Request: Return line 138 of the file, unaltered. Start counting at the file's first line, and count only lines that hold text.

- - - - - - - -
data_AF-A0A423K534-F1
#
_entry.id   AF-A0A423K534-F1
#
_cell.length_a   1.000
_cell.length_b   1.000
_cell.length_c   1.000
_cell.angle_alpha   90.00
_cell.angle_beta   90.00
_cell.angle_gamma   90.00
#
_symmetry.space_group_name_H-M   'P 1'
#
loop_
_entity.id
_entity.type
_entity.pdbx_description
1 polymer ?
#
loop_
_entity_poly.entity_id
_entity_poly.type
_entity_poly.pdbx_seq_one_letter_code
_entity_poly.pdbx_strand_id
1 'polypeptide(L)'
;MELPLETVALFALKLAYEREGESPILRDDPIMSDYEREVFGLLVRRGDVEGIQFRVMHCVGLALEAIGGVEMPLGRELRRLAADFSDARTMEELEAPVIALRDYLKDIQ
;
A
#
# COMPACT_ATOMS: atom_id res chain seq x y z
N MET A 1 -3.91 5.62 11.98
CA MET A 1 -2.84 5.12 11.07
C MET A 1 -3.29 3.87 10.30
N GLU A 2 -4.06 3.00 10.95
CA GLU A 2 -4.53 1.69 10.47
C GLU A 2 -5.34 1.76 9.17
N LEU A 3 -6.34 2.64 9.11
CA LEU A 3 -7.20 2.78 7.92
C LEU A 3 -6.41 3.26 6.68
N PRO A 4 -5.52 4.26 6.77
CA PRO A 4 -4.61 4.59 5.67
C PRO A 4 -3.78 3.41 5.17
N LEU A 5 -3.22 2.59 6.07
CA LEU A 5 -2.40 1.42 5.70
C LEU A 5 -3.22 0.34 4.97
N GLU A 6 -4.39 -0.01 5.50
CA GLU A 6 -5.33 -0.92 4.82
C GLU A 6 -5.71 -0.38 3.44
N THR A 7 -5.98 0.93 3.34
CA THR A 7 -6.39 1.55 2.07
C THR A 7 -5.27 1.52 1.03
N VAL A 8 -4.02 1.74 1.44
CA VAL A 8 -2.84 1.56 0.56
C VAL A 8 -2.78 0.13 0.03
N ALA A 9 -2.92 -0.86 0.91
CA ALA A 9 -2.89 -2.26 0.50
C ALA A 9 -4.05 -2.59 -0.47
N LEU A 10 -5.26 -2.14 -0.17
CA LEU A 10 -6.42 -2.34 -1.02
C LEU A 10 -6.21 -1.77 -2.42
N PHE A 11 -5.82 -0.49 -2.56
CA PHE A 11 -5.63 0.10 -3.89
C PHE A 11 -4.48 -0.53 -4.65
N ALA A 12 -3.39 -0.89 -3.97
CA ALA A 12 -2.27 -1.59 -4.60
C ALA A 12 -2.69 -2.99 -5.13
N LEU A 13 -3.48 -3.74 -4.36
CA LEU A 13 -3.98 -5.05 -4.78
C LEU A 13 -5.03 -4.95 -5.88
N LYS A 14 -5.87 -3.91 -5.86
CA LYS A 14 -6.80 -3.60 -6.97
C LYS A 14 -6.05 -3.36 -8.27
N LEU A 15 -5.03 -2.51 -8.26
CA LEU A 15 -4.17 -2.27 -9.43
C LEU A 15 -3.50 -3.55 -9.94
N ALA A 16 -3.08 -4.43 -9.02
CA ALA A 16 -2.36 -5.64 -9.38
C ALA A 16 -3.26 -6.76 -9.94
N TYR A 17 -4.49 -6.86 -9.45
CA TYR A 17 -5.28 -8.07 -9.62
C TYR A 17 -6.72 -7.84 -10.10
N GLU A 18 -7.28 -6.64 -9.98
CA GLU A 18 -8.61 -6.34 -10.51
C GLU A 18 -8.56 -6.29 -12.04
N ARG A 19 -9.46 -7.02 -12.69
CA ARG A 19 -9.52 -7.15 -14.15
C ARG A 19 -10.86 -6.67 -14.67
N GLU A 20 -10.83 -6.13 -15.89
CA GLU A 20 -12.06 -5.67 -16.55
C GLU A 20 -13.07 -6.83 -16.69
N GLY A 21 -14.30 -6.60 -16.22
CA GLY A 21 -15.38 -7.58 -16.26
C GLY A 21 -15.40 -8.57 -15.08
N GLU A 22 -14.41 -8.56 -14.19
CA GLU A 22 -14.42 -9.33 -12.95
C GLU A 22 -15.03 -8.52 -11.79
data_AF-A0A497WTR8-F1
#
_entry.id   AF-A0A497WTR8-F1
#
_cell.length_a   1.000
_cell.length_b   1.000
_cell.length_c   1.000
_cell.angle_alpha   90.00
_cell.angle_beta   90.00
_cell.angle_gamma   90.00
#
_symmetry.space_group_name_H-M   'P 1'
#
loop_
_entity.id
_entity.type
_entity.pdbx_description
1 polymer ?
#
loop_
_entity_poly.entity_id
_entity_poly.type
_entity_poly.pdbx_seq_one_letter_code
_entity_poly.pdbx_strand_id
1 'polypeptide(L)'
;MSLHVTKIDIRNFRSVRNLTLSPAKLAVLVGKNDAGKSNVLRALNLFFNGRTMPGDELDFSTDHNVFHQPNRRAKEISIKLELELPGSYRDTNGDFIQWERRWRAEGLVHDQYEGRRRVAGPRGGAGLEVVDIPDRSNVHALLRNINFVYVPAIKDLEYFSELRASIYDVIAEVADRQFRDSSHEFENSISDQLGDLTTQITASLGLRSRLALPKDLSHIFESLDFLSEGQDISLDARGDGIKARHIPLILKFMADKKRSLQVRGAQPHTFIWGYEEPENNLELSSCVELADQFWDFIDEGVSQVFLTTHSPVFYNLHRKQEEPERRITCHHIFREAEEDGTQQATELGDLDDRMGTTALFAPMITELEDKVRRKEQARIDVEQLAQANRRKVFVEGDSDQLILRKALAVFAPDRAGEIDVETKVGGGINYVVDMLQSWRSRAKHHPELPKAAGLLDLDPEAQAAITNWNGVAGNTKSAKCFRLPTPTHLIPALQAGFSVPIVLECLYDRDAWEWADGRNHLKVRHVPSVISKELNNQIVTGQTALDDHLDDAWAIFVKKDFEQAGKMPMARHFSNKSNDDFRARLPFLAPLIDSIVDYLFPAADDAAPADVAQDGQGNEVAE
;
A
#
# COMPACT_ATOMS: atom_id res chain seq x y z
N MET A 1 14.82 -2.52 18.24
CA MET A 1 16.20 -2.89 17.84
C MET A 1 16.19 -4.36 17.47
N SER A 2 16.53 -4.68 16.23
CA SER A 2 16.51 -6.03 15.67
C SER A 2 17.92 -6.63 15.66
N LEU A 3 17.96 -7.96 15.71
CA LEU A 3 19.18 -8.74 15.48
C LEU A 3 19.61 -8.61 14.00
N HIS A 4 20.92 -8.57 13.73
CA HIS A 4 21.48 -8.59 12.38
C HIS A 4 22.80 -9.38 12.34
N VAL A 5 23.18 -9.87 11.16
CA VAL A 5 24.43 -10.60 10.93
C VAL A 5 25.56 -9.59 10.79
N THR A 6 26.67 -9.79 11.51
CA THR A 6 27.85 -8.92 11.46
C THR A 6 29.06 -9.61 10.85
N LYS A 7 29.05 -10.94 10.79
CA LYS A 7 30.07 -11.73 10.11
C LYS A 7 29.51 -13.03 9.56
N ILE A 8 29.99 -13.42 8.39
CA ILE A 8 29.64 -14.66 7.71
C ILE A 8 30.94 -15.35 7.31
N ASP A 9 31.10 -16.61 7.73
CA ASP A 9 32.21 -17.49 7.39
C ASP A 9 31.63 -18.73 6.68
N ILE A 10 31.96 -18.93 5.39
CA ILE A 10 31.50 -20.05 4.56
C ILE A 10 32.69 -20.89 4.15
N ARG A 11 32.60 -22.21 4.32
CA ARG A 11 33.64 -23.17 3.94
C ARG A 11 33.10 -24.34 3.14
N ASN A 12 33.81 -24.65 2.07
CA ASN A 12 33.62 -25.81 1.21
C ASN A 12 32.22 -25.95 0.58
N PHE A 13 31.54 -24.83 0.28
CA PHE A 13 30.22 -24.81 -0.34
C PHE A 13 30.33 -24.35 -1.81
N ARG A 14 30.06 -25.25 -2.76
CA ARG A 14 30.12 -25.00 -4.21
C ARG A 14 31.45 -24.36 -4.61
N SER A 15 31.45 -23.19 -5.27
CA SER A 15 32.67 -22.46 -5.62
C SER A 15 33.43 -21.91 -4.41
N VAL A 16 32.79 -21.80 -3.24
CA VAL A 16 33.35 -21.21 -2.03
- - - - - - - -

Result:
C HIS A 4 22.80 -9.38 12.34